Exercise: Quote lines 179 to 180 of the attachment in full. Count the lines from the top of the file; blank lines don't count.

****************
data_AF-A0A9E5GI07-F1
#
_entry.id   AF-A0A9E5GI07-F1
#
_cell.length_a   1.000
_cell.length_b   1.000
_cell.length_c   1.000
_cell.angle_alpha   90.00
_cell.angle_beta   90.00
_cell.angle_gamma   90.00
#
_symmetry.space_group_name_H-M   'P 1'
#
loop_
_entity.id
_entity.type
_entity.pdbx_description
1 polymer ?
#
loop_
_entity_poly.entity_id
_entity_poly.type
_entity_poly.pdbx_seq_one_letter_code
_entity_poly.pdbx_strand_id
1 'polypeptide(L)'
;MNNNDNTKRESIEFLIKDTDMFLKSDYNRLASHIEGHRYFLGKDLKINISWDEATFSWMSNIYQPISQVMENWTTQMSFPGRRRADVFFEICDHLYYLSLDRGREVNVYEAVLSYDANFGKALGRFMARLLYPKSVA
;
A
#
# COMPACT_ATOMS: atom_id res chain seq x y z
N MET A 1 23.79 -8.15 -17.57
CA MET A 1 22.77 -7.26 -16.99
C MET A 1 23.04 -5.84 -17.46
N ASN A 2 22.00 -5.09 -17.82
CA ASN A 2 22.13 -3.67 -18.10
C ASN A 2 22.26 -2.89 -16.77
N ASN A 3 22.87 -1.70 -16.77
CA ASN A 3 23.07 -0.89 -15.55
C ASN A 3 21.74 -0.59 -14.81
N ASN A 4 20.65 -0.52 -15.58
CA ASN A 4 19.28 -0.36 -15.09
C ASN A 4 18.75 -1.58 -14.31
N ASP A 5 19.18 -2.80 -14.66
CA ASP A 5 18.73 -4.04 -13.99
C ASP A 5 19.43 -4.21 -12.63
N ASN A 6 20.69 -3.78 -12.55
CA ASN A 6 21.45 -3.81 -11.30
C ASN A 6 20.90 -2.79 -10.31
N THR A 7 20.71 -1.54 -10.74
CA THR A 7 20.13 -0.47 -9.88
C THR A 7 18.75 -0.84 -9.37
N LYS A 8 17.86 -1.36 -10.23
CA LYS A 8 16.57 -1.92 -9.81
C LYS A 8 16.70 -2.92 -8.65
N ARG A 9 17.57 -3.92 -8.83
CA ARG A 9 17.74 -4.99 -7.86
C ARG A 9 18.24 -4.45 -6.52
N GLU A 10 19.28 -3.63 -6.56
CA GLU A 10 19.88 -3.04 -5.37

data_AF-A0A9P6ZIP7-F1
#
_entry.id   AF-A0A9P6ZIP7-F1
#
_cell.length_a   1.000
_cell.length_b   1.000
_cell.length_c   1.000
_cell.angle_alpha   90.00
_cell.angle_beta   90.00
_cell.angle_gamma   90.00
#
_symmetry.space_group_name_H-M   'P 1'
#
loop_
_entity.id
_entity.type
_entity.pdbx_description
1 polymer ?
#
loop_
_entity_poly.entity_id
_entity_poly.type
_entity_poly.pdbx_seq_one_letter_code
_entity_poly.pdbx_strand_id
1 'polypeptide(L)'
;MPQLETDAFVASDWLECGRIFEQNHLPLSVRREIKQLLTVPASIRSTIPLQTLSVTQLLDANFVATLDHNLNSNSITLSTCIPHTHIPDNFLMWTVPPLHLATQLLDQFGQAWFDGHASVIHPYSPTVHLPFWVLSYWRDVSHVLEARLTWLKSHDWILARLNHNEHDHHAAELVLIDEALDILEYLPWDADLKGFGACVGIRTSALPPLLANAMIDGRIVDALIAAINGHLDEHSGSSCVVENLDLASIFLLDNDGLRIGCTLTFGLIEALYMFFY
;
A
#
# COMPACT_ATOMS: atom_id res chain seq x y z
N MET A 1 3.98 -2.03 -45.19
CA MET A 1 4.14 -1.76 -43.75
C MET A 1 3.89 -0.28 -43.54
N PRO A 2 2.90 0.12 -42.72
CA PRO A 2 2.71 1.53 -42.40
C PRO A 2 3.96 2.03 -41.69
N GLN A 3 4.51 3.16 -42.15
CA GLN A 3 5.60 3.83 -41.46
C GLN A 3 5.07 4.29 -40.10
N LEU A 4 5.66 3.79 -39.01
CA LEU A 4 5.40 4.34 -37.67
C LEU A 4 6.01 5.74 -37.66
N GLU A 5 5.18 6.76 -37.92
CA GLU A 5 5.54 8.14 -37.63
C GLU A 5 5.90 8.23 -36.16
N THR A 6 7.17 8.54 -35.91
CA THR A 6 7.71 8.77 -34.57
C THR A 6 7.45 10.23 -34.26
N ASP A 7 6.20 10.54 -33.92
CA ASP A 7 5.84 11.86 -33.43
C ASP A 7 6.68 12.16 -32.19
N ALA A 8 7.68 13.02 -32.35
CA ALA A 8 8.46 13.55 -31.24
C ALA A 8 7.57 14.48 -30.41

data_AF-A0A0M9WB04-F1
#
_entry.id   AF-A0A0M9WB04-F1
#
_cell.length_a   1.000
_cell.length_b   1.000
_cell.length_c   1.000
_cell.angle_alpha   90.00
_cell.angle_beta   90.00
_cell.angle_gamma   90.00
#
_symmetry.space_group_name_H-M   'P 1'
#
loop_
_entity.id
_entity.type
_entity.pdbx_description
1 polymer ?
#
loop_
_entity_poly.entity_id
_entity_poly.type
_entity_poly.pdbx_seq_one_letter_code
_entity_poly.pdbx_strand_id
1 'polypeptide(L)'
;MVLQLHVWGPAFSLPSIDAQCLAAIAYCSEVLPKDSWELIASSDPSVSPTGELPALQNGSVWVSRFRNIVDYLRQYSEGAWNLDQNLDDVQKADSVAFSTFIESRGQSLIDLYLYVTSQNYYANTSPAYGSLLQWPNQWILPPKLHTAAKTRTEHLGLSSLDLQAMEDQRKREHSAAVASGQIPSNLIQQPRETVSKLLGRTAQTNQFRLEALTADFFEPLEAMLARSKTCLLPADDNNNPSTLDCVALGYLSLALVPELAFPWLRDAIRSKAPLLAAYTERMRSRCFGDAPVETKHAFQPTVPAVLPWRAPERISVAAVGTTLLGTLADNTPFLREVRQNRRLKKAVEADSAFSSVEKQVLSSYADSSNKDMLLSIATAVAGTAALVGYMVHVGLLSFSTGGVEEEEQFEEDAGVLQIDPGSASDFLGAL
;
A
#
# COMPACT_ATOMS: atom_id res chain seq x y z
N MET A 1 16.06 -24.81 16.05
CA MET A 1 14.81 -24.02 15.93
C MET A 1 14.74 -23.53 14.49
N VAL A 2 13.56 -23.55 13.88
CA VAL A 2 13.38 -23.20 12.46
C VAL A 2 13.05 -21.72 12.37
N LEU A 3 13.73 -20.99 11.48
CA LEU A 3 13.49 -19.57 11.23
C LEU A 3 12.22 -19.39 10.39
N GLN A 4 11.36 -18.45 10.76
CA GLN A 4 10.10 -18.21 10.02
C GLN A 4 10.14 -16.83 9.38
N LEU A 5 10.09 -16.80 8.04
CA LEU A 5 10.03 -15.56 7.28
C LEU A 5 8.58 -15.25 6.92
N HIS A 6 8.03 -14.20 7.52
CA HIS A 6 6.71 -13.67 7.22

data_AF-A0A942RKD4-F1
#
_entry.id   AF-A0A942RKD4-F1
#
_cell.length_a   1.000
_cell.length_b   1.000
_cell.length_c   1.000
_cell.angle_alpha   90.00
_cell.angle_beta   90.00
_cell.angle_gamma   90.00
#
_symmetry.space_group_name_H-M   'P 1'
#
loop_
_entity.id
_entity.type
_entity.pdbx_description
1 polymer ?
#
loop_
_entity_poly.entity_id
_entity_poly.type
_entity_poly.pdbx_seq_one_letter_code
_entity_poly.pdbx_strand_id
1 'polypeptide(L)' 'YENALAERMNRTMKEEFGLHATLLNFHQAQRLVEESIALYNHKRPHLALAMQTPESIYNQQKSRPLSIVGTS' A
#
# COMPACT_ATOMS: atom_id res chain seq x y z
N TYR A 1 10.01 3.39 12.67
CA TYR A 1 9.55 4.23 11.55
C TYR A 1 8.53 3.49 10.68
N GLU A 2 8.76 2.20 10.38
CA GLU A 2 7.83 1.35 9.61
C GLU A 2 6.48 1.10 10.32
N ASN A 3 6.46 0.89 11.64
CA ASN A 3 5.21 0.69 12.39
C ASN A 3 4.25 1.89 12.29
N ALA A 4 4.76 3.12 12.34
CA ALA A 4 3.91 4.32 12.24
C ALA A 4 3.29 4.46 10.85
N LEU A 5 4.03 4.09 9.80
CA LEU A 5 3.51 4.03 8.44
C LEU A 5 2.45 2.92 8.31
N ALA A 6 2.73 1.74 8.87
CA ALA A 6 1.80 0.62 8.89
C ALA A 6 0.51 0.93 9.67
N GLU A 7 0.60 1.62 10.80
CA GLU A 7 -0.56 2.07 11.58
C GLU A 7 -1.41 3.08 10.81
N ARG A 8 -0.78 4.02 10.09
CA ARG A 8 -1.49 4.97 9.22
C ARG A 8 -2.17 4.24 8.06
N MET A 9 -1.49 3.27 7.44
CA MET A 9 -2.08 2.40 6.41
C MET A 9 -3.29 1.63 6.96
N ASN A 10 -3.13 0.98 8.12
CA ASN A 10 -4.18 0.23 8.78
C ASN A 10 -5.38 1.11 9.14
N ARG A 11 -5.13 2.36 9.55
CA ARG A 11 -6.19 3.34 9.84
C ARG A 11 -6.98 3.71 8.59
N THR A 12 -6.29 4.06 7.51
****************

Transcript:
#
loop_